Cheraw in Chesterfield County, South Carolina — The American South (South Atlantic)
Pee Dee Union Baptist Church
This church, formally organized in 1867, had its origins in Cheraw Baptist Church, founded in 1837. Shortly after the Civil War 285 black members there received permission to organize a separate church. Rev. Wisdom London, the first pastor here, preached from a platform erected on this site until a new sanctuary was built. The first church here, a frame building, was destroyed by a tornado in 1912.
The present brick church, replacing the original one destroyed by the tornado, was built in 1912 during the pastorate of Rev. Isaiah Williams. Three ministers have served Pee Dee Union Baptist Church for twenty years or more: Rev. F.W. Prince, who served here from 1915 to 1940; Rev. J.C. Levy, who served here from 1953 to 1974; and Rev. Thomas Dawkins, who served here from 1974 to 1999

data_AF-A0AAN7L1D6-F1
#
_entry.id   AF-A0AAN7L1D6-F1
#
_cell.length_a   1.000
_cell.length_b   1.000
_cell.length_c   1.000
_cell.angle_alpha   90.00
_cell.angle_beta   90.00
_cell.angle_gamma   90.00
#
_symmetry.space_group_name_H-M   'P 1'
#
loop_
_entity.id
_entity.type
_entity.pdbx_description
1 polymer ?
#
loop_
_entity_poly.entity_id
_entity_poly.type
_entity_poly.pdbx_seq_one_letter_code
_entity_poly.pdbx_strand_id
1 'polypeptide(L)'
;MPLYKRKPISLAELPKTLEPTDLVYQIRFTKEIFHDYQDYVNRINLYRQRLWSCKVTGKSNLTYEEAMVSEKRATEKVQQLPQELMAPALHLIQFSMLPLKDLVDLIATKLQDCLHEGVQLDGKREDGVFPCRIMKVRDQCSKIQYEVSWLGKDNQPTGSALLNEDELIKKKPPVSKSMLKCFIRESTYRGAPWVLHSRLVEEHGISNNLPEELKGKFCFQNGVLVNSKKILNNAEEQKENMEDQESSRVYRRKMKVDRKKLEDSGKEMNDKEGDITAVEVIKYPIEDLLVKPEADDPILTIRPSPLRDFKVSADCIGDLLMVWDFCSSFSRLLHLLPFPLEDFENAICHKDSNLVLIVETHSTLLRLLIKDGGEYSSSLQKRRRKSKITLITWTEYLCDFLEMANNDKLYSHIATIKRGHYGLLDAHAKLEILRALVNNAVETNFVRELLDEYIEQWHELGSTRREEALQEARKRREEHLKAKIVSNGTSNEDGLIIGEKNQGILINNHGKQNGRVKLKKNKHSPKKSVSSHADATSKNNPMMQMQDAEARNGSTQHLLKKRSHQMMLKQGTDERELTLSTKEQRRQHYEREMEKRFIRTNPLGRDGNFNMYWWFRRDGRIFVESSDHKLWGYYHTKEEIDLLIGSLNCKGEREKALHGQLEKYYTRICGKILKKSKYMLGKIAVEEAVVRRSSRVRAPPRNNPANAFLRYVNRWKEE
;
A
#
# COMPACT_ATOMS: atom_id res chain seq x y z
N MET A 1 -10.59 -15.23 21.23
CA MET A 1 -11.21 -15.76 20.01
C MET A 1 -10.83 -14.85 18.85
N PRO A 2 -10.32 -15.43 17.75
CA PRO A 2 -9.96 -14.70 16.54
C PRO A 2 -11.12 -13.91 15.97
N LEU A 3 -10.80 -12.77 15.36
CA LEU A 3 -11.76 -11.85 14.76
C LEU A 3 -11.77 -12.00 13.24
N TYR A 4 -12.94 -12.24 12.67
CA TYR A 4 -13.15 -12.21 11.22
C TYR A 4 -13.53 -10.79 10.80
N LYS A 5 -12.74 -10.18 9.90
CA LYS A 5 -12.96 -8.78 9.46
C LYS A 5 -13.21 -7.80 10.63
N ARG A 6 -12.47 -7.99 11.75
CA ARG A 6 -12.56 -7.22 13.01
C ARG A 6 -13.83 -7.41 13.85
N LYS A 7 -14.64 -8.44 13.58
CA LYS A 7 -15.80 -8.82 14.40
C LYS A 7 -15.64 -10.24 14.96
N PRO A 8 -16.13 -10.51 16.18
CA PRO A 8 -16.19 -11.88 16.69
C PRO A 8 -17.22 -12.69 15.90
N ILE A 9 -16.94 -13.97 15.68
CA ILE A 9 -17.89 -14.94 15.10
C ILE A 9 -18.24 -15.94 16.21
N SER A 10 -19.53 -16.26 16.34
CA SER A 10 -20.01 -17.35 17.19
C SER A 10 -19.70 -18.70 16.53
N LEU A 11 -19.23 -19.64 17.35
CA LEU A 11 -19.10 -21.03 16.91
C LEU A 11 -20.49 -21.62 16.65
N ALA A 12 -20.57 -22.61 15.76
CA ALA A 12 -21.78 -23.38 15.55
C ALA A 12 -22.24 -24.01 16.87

Erected 2003 by the Congregation. (Marker Number 13-8.)
Location. 34° 41.805′ N, 79° 52.689′ W. Marker is in Cheraw, South Carolina, in Chesterfield County. Marker is at the intersection of Chestnut St. and Washington Street, on the right when traveling north on Chestnut St.. Click for map. Marker is at or near this postal address: 92 Chestnut St., Cheraw SC 29520, United States of America.
Other nearby markers. At least Old St. David's (about 500 feet away, measured in a direct line); The 71st Regiment of Foot (about 500 feet away); Cheraw Confederate Memorial (about 600 feet away); Francis Asbury's First Visit to S.C. (about 600 feet away); Captain Mose Rogers (about 700 feet away); Coulter Memorial Academy Site (approx. half a mile away); Dizzy Gillespie Birthplace (approx. 0.8 miles away); Greene's Encampment / Sherman's March (approx. 1.9 miles away). Click for a list of all markers in Cheraw.
Categories. • African Americans • Churches, Etc. •
Credits. This page originally submitted on , by Michael Sean Nix of Spartanburg, South Carolina. This page has been viewed 1,016 times since then and 86 times this year. Photos: 1, 2, 3, 4. submitted on , by Michael Sean Nix of Spartanburg, South Carolina. • Bill Pfingsten was the editor who published this page. This page was last revised on June 16, 2016.